Last one I’m going to mention- Sleep on it. It’s amazing how a full night’s rest and a full stomach energize you to pick up fresh tomorrow. I often find that I unravel the solution to problems in my dreams. No lie. I’ve woken up the next morning to discover that I could fix the error from yesterday (6 hours of grinding) in 5 minutes. Sometimes the wall even removes itself! Nothing is more powerful than taking some time to take care of your body. In fact, this applies in all areas- if you are struggling physically with your goals, take a moment to refresh your spiritual and mental selfs. We as humans are body mind and spirit. If one is tired it’s going to drain on the others. So take care of yourself and remember that you need time to replenish.

So now it’s your turn- what’s your goal and how do you push through your wall?


Pushing Through The Wall — 2 Comments

  1. Awesome insight! Let me add another thought. Build in a reward system alongside of your goals. For example, I just had an amazing career opportunity fall into my lap, and realized I needed to act quickly on it. After I get home from my current physically exhausting job, care for my mother and cook dinner, how am I going to do this? It will easily be 8:00 by that time, and yeah, I’ll be exhausted! Well, I decided that I would not allow myself the typical “wind down beer” until after I had e-mailed all of the people on the contact list that I had received. There was my reward. And knowing that there was a reward at the completion of the goal pushed me forward to reaching that goal.

    Having said that, if it is a longer project that you are working on, write down your rewards at each checkpoint. Anything as simple as “go for a refreshing walk,” to “walk down to Starbucks, unplugged from everything, and sit and enjoy the accomplishment feeling,” to “book that flight to Vegas!” This is a great (and I dare say needed) tool for self motivation. Everyone likes to be rewarded for their work! Make yourself more productive by rewarding you acomplishments, be they “great” or “small,” a reward helps propelling you forward to the ultimate goal. There, now that I’ve finished wrting this, I can go get some more coffee!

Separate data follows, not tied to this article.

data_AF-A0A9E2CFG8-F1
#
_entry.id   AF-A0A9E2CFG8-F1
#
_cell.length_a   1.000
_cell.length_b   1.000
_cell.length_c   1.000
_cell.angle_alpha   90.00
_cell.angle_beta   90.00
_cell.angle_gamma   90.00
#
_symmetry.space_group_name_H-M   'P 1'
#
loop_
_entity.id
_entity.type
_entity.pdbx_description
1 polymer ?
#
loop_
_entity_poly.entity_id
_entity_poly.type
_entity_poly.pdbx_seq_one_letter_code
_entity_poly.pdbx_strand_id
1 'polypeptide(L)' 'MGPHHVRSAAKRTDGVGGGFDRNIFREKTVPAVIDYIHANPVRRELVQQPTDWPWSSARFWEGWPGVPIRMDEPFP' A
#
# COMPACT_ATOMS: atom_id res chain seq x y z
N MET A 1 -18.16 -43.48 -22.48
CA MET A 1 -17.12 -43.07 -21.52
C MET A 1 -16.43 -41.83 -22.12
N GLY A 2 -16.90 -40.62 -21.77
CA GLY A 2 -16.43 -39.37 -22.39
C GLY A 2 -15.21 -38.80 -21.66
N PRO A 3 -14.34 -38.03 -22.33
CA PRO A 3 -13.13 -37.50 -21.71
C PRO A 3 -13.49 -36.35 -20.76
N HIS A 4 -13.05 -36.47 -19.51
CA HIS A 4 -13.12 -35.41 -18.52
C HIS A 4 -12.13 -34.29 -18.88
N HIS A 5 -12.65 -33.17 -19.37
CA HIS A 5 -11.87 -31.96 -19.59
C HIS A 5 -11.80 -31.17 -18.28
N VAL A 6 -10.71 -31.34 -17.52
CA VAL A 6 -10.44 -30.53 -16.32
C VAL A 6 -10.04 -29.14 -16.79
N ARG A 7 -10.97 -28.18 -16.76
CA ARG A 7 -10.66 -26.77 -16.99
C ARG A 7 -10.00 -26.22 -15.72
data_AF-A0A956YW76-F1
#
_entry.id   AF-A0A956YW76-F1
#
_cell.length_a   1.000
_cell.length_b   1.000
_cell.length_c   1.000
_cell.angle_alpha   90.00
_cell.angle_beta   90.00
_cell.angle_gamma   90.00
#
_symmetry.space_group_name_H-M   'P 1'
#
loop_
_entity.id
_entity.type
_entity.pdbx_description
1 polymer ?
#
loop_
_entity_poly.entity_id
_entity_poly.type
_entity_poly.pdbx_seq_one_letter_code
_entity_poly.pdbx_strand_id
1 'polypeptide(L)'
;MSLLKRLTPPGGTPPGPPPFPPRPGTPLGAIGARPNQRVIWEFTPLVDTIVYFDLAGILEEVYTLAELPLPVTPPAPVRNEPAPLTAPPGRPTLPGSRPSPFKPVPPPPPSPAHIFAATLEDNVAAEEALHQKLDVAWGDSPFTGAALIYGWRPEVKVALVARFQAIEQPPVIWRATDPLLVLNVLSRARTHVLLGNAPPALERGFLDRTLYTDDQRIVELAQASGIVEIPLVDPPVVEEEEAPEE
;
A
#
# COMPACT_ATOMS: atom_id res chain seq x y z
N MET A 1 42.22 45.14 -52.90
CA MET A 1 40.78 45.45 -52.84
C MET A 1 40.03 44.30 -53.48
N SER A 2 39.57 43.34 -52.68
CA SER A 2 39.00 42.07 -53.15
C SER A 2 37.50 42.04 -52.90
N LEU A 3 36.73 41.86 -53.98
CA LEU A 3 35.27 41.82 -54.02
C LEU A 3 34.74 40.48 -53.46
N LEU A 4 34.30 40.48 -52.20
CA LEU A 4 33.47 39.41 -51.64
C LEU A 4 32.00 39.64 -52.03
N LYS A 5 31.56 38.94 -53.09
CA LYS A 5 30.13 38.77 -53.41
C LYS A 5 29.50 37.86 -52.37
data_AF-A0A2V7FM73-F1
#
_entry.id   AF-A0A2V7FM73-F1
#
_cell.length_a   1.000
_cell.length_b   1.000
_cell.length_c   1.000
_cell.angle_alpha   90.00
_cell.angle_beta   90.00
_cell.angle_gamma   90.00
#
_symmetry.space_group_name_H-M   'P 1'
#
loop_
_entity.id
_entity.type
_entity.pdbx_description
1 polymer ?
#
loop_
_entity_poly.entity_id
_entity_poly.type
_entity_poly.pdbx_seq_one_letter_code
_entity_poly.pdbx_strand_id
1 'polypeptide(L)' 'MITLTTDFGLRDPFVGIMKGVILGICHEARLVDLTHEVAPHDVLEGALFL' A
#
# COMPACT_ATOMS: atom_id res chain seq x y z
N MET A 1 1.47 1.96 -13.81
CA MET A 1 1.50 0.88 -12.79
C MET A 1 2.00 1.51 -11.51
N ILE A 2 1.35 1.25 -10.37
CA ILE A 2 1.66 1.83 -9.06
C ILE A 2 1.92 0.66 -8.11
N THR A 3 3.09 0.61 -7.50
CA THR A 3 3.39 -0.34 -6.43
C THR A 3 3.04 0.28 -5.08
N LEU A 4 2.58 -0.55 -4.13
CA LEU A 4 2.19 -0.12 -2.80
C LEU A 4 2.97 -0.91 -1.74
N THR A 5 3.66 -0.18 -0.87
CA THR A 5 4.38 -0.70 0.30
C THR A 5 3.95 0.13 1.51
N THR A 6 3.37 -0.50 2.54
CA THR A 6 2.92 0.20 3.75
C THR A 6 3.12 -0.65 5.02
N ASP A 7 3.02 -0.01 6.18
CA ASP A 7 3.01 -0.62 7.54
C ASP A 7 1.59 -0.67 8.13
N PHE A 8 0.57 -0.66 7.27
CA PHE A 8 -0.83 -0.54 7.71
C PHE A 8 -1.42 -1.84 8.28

2. I highly encourage everyone to use trips to Vegas as an incentive! I think it is important to reward yourself and recognize your accomplishments as you go, and I for one am horrible at doing that for myself. Maybe if I did that more, I’d hit fewer walls….

    When I do hit a wall, I take some time to remember why I was excited about the project to begin with. Beyond just listing the reasons, I get back to the feeling place and the vibe I had when I first started…what was my vision? How did my goals contribute to my personal mission?

    More times that not, that will work to get me back to being in the flow with what I’m doing. Every once in a while, though, I’ll realize that I’ve hit the wall for another reason: Whatever I was working on has served its purpose, and that purpose wasn’t what I originally thought it was.

    At that point I realize it’s time to move along to something else….Clearly this last bit doesn’t help when you’re working for someone else and have a job you have to get done, but if it’s something you’ve set out to accomplish for yourself, and suddenly it brings no joy, it might be time to reevaluate why you did it to begin with. You might have been driven to the goal for a life lesson, for example, which you have now learned.